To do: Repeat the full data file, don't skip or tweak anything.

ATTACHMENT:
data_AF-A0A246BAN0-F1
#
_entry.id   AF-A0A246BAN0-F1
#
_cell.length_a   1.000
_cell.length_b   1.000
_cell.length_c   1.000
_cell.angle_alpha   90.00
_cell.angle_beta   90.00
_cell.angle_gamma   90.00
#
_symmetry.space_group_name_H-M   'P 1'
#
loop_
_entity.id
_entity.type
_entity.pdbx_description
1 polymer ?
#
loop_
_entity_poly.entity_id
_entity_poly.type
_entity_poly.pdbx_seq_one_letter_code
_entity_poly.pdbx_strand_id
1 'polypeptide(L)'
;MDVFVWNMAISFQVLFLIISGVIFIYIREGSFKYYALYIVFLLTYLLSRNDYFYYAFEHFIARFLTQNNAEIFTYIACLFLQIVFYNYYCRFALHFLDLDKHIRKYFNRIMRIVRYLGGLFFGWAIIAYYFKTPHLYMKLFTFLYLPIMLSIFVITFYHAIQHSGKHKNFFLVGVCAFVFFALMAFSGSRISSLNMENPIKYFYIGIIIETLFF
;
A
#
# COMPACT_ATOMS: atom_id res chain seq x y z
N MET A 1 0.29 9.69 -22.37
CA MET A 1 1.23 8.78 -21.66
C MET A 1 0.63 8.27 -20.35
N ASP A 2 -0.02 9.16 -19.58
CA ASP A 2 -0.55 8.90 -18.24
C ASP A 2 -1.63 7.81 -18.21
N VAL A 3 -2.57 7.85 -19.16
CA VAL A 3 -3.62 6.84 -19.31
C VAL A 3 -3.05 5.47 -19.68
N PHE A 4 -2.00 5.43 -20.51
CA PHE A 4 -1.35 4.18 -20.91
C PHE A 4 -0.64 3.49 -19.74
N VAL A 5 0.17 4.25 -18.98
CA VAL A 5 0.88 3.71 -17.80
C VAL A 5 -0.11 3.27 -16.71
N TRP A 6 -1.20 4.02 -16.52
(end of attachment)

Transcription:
data_AF-A0A246BAN0-F1
#
_entry.id   AF-A0A246BAN0-F1
#
_cell.length_a   1.000
_cell.length_b   1.000
_cell.length_c   1.000
_cell.angle_alpha   90.00
_cell.angle_beta   90.00
_cell.angle_gamma   90.00
#
_symmetry.space_group_name_H-M   'P 1'
#
loop_
_entity.id
_entity.type
_entity.pdbx_description
1 polymer ?
#
loop_
_entity_poly.entity_id
_entity_poly.type
_entity_poly.pdbx_seq_one_letter_code
_entity_poly.pdbx_strand_id
1 'polypeptide(L)'
;MDVFVWNMAISFQVLFLIISGVIFIYIREGSFKYYALYIVFLLTYLLSRNDYFYYAFEHFIARFLTQNNAEIFTYIACLFLQIVFYNYYCRFALHFLDLDKHIRKYFNRIMRIVRYLGGLFFGWAIIAYYFKTPHLYMKLFTFLYLPIMLSIFVITFYHAIQHSGKHKNFFLVGVCAFVFFALMAFSGSRISSLNMENPIKYFYIGIIIETLFF
;
A
#
# COMPACT_ATOMS: atom_id res chain seq x y z
N MET A 1 0.29 9.69 -22.37
CA MET A 1 1.23 8.78 -21.66
C MET A 1 0.63 8.27 -20.35
N ASP A 2 -0.02 9.16 -19.58
CA ASP A 2 -0.55 8.90 -18.24
C ASP A 2 -1.63 7.81 -18.21
N VAL A 3 -2.57 7.85 -19.16
CA VAL A 3 -3.62 6.84 -19.31
C VAL A 3 -3.05 5.47 -19.68
N PHE A 4 -2.00 5.43 -20.51
CA PHE A 4 -1.35 4.18 -20.91
C PHE A 4 -0.64 3.49 -19.74
N VAL A 5 0.17 4.25 -18.98
CA VAL A 5 0.88 3.71 -17.80
C VAL A 5 -0.11 3.27 -16.71
N TRP A 6 -1.20 4.02 -16.52